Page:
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Promoting a Department of Peace

By Mark Frutkin

When I tell Gus I’ve arranged a discussion at the Ottawa Shambhala Centre about forming a federal Department of Peace, my friend’s response is less than enthusiastic: “Great. Just what we need. Another bureaucratic sinkhole to swallow taxpayer dollars.” That’s Gus for you. He meditates, and has been my meditation student for the past several years, but he’s also a no-nonsense guy who always says exactly what he thinks. In his early forties, barrel-chested, his 6-foot-3 frame topped off by thinning red hair, Gus spent eight years in the military before leaving it to train as a physicist. He’s hardheaded, he doesn’t suffer fools gladly, and scientific logic is his religion. Even when I disagree with him I have a grudging respect for his opinion, because he’s often right.

I’m not surprised that Gus won’t come to the meeting with me, but I am surprised by the size of the crowd. I’d expected maybe a dozen wild-eyed idealists, but there are at least 50 people present — all reasonably sane-looking and including a former mayor of Ottawa. Seniors, boomers, yuppies, DINKs, loners and members of Generations X, Y and Z are all represented. Many have never before entered the Shambhala Centre.

The fellow giving the talk is Bill Bhaneja. In his sixties, slim and relaxed, he’s a retired diplomat from the Canadian Foreign Service and was until recently a senior research fellow at the University of Ottawa. He was born in India, and as a child once saw Mahatma Gandhi at one of the open-air, multifaith prayer meetings that the great man held every evening in New Delhi. Bhaneja appears earnest yet practical minded; serious, but with a glint of gentle humour in his eyes.
One of the first things he says is that the proposed Department of Peace will entail “no new money.” I’m sceptical at first: How will that work? The idea, I learn, is to draw together the many existing peace- and justice-related portfolios scattered among seven federal departments, including the obvious ones, such as CIDA (Canadian International Development Agency), Defence and Foreign Affairs, as well as Citizenship and Immigration, Health Canada, IDRC (International Development Research Center) and Justice, and combine them under a single umbrella. The reason: In none of the seven departments is peace given any kind of priority.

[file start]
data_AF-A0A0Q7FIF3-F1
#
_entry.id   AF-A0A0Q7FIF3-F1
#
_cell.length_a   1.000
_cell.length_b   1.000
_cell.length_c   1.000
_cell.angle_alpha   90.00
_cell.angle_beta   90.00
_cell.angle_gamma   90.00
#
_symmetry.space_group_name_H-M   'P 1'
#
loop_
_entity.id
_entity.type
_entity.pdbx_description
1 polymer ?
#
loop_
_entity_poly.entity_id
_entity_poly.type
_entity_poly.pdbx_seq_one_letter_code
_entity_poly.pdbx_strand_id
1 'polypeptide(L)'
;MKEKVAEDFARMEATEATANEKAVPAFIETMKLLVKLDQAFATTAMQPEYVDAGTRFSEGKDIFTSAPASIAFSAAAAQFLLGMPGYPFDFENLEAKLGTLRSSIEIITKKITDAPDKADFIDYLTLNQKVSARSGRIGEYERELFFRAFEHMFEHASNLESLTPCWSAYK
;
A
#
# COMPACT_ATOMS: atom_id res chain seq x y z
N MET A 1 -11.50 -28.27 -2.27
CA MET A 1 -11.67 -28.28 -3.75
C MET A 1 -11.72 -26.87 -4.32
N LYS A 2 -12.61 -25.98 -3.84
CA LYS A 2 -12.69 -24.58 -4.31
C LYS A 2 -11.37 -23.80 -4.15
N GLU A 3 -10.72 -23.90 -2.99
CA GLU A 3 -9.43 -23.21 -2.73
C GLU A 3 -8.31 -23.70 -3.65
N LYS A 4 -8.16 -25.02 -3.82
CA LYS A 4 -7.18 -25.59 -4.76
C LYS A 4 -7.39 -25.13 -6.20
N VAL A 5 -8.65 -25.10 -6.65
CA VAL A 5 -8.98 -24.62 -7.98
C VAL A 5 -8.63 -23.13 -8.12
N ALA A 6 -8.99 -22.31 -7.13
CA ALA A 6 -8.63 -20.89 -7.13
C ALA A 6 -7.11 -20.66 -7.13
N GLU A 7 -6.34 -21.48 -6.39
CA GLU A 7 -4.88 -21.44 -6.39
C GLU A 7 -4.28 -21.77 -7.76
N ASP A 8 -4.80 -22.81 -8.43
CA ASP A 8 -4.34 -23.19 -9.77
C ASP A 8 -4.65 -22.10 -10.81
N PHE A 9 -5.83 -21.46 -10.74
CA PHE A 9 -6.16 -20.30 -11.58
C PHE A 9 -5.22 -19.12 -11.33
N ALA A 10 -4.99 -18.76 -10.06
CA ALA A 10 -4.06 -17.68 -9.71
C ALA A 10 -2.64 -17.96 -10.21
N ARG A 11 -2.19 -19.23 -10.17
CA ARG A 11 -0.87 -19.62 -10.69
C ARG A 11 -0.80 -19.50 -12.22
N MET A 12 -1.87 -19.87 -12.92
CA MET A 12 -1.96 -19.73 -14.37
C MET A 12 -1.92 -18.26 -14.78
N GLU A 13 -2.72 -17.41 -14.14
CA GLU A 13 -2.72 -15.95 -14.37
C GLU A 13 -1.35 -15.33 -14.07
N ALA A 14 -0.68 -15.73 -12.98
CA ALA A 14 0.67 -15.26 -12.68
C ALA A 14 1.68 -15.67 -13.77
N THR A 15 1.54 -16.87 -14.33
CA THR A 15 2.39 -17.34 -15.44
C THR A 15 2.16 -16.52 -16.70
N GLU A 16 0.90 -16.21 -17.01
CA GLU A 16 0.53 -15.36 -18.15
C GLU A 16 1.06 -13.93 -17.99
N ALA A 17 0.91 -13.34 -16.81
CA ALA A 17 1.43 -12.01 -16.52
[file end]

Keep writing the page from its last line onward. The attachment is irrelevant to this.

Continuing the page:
Without its own minister, the peace viewpoint usually goes unheard at the Cabinet level. So gathering together all the kindred spirits would give peace its own spokesperson: a senior minister. This new Cabinet member would be in a position to pursue an official mandate of peace and to offer a counterpoint to the views of other departments, such as Defence. As Bhaneja explains, “Presently, there is no such focused advice or viewpoint available inside the Cabinet to countervail the view that conflict can only be resolved through war.”

Two countries have already established Departments of Peace: the Solomon Islands and Nepal. Costa Rica is expected to announce a Department of Peace and Justice this year. Granted, these are not major players. Still, civil society organizations in 35 countries, including the United States, are actively looking at the possibility.

In early 2007, the newly elected U.S. House of Representatives reintroduced a bill to create a Peace Department. In the previous term, over 60 members of Congress had endorsed the bill. Shortly afterward, a political blitz in Washington saw 700 supporters (including luminaries such as Deepak Chopra and author Marianne Williamson) pay 220 visits to representatives and senators in support of the bill.

One fascinating aspect of the U.S. drive is that it’s nonpartisan, with supporters from all parties. The same is true in Canada. The New Democratic and Green parties support the idea in principle, and many Liberal Party MPs have expressed support or interest. Moreover, support in Canada is widespread, and growing quickly; supporters have already formed chapters in 10 major cities. On the long list of official boosters are Lloyd Axworthy, former minister of foreign affairs, and retired senator Douglas Roche, a former Canadian ambassador of disarmament and Conservative MP. Organizations that support the idea include the Council of Canadians, the Canadian Federation of University Women, the Canadian Pugwash Group, a women’s Nobel Peace Laureates organization and the United Church of Canada — the largest Protestant denomination in the country with 3 million members. <